Validation of a new method for saliva cortisol testing to assess stress in first responders

BACKGROUND Acute or chronic stress can lead to physical and mental disorders. Measuring cortisol can objectify the degree of stress. Cortisol is traditionally measured in serum, but recently the relevant fraction of free cortisol can be reliably measured in saliva, using the very sensitive liquid chromatography tandem mass spectrometry (LC-MS/MS) method. The use of saliva is non-invasive and allows easy serial testing around stressful events. The main objective of this study is to investigate whether serial saliva cortisol determinations using the LC-MS/MS method can be used to assess the stress response that first responders may experience during moments of acute professional deployment in their daily work.
METHODS Healthy first responders (police officers, firefighters, rapid response team, ambulance personnel, first aid and emergency medical personnel) were recruited to participate in a Euregional high-reliability simulation training ('Be Aware'-scenario training, 19 April 2018). At three time points, simultaneous venous blood samples and saliva samples were obtained. These time points were 1 hour before, immediately after and 10 hours after the simulation training. The correlation between changes in saliva cortisol measured by LC-MS/MS and serum cortisol at all three time points was determined. Results were compared with spectators not directly participating in the simulation.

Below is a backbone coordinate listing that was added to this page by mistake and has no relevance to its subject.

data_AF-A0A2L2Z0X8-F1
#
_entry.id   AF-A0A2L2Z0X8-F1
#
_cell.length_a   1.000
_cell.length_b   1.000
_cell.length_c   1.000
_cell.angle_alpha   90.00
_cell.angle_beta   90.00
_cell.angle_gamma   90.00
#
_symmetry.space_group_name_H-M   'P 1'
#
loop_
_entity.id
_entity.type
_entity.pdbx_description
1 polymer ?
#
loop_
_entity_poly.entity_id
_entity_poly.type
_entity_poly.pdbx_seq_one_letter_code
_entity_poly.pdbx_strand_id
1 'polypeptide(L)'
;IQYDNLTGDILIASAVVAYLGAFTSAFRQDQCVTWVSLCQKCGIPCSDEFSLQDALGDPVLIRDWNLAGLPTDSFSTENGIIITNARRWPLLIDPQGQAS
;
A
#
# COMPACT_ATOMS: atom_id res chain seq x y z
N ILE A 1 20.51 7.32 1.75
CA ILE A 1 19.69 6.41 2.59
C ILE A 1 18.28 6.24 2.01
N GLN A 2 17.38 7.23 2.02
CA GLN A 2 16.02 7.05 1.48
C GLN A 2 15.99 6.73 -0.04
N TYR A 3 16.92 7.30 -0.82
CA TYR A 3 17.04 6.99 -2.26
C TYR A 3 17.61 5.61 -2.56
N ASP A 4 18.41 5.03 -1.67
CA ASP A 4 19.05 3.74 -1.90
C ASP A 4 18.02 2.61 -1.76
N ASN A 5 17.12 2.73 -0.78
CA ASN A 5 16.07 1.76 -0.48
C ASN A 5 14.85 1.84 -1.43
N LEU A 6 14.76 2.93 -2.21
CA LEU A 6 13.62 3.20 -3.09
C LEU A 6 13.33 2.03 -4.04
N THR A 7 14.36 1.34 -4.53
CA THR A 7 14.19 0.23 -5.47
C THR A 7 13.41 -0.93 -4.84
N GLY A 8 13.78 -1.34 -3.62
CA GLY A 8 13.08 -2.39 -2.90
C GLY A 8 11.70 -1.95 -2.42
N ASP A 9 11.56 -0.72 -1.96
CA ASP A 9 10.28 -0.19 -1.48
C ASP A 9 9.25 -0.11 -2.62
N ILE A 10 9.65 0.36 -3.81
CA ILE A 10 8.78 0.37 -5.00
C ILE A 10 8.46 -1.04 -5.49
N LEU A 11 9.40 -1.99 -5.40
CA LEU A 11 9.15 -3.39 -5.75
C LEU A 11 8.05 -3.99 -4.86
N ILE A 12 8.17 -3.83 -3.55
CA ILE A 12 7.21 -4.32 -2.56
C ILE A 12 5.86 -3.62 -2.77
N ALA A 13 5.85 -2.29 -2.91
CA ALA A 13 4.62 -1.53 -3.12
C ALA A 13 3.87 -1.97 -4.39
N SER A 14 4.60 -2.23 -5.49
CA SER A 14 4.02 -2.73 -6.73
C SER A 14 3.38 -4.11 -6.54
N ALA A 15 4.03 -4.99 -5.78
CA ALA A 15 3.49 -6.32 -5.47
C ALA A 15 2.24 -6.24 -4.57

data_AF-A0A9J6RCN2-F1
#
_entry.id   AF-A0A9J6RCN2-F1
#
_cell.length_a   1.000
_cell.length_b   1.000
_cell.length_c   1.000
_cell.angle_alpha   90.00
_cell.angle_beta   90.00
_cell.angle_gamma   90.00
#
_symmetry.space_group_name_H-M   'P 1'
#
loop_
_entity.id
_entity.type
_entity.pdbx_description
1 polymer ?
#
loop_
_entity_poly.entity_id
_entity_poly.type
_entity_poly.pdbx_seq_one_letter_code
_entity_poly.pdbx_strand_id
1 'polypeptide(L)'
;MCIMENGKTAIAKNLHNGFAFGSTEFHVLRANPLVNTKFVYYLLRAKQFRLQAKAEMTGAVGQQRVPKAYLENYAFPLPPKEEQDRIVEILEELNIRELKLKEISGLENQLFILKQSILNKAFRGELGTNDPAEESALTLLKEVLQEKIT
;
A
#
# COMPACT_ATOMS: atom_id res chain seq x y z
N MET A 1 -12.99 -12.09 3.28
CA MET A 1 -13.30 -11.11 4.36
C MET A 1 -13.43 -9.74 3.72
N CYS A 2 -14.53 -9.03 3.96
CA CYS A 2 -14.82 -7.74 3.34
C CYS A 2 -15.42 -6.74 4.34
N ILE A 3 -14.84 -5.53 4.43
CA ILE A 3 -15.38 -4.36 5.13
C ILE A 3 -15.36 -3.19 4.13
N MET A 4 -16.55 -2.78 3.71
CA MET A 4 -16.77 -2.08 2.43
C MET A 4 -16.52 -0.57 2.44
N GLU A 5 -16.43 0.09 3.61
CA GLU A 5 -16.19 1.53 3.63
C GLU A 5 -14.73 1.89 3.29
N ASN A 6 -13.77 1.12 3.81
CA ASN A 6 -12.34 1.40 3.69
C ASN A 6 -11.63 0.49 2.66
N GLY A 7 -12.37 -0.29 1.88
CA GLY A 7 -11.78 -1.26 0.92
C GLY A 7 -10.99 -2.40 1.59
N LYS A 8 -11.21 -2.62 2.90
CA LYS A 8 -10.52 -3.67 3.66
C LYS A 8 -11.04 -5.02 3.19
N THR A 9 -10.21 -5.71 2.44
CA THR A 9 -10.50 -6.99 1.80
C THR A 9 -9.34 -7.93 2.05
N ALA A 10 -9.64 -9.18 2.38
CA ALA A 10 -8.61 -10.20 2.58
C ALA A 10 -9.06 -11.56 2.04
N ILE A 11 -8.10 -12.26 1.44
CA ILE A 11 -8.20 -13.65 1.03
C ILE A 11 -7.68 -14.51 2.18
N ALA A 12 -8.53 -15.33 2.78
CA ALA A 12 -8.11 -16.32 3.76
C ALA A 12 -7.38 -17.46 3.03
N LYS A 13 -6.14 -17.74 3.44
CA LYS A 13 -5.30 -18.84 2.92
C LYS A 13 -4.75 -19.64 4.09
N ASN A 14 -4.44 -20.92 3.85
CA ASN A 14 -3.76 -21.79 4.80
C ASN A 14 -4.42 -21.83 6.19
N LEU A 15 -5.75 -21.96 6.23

RESULTS 70 subjects participated in the simulation. There was a strong correlation between the changes in saliva and blood cortisol at the three time points. A significant increase in blood and saliva cortisol was shown 1 hour after the experienced stress moments. The levels had almost completely returned to baseline in all healthy volunteers 10 hours later. Cortisol in spectators was unaffected.
CONCLUSION Serial saliva cortisol measurements using LC-MS/MS is a reliable and fast non-invasive functional stress assay, which can be easily collected in daily practice and used for investigation and monitoring of stress response in front line responders.

as reported in: Emerg Med J. 2021 Feb 11 [Epub ahead of print]